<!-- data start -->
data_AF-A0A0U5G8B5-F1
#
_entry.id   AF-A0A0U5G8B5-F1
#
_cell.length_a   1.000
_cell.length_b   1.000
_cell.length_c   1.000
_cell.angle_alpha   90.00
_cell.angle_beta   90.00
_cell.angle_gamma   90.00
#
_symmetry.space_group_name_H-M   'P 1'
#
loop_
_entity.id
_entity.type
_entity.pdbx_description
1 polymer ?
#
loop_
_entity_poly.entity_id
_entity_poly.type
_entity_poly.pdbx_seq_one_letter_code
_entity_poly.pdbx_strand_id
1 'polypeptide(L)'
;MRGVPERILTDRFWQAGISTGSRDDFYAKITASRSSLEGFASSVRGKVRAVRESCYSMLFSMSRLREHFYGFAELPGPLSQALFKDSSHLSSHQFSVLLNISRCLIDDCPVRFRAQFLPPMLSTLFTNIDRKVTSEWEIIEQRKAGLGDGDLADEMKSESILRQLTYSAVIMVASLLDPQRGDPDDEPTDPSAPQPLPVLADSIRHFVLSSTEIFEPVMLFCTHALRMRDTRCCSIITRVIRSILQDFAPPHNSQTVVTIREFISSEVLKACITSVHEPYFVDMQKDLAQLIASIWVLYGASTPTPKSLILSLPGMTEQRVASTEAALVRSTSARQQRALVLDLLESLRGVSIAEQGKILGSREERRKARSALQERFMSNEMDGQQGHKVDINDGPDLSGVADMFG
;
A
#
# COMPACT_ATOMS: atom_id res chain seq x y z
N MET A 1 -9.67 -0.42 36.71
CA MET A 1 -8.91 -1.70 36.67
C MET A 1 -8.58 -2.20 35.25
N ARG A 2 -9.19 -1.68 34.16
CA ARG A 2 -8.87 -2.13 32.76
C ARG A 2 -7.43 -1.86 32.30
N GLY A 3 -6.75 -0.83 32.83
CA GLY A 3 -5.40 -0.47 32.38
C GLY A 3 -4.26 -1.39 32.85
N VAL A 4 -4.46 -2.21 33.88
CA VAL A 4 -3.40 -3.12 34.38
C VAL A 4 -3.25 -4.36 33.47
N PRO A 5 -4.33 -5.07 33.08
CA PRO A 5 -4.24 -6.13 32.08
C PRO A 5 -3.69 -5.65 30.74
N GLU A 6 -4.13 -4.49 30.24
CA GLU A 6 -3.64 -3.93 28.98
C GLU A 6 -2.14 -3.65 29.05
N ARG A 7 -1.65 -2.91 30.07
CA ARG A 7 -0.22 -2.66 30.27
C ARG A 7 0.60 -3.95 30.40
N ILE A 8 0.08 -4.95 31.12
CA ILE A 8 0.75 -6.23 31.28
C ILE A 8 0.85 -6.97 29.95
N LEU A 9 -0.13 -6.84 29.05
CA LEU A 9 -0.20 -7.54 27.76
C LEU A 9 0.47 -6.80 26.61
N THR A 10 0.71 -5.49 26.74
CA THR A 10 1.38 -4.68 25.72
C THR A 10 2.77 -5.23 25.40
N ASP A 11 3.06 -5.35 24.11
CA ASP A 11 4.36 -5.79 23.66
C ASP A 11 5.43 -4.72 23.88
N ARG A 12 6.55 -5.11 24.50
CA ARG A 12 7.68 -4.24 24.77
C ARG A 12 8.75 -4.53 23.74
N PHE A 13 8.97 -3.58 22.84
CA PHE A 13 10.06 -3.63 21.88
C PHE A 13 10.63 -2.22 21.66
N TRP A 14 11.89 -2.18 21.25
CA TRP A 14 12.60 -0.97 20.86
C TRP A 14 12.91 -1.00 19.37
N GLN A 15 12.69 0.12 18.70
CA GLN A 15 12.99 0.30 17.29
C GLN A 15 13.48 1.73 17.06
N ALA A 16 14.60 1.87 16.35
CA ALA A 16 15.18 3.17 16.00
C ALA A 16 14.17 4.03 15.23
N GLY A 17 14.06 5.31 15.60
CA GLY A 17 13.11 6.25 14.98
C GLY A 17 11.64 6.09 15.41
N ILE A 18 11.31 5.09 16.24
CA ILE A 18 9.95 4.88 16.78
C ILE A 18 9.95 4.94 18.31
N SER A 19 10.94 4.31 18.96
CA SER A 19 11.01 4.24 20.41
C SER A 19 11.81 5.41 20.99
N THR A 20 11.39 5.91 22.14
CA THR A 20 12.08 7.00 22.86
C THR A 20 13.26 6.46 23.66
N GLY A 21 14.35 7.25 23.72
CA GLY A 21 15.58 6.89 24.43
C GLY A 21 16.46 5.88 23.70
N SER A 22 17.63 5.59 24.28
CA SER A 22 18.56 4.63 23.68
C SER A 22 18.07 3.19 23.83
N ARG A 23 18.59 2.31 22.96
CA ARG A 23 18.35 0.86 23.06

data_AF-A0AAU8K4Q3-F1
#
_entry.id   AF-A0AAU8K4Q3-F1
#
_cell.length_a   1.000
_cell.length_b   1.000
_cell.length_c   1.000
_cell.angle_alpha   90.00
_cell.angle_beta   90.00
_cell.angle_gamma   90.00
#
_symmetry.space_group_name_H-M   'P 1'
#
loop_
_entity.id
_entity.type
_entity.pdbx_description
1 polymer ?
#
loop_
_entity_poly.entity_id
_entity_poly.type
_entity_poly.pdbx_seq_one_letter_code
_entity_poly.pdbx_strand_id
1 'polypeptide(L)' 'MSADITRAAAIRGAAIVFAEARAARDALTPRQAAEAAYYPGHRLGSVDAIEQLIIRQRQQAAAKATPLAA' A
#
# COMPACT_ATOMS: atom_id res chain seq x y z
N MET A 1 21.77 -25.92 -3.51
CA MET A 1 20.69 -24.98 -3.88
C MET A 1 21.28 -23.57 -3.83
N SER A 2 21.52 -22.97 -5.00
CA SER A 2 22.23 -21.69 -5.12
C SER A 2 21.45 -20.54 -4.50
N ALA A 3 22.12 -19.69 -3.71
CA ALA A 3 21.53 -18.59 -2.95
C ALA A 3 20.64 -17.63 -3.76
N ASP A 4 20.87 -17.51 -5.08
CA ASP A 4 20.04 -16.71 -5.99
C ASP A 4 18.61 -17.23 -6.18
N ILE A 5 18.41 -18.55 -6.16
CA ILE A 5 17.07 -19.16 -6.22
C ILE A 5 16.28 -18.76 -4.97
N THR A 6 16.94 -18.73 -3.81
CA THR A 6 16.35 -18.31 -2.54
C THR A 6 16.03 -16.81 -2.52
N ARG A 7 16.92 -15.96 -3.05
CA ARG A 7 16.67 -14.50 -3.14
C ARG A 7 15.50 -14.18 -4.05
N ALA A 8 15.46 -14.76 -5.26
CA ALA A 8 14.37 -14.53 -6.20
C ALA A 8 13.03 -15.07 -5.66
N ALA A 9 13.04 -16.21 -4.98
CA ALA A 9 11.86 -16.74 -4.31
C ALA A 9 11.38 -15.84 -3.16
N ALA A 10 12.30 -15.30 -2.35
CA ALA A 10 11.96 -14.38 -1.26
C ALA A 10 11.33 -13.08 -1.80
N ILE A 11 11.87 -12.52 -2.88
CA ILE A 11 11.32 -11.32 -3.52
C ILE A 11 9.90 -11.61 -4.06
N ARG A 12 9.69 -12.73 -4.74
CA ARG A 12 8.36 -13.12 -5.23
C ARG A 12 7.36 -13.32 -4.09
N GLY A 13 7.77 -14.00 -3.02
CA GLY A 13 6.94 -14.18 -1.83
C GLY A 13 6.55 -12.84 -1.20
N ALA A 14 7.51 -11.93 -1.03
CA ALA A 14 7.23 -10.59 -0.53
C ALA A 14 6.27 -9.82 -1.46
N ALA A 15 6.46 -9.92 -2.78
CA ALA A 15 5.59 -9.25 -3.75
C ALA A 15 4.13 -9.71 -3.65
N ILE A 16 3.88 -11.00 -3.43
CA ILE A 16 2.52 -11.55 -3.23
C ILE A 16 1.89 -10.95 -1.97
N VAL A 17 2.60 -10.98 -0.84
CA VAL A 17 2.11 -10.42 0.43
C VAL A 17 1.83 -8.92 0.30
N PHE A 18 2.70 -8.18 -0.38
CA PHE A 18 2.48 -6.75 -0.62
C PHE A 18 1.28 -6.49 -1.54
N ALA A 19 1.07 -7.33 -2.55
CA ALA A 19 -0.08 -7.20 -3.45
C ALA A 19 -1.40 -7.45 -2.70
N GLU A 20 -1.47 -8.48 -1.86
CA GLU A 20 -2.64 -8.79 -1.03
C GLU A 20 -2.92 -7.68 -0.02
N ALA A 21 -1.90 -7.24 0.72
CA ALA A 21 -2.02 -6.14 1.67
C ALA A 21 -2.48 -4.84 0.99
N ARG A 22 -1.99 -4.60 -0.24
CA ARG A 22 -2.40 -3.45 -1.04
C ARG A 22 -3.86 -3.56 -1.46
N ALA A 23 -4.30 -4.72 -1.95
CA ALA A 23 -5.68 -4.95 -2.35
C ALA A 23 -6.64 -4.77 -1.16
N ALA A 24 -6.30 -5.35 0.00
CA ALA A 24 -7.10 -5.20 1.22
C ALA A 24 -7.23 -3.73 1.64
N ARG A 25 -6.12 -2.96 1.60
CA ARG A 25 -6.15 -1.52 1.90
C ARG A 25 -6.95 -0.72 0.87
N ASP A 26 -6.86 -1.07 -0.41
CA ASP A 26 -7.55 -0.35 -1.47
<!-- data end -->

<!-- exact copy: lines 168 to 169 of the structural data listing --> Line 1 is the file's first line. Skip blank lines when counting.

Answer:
N ALA A 15 6.46 -9.92 -2.78
CA ALA A 15 5.59 -9.25 -3.75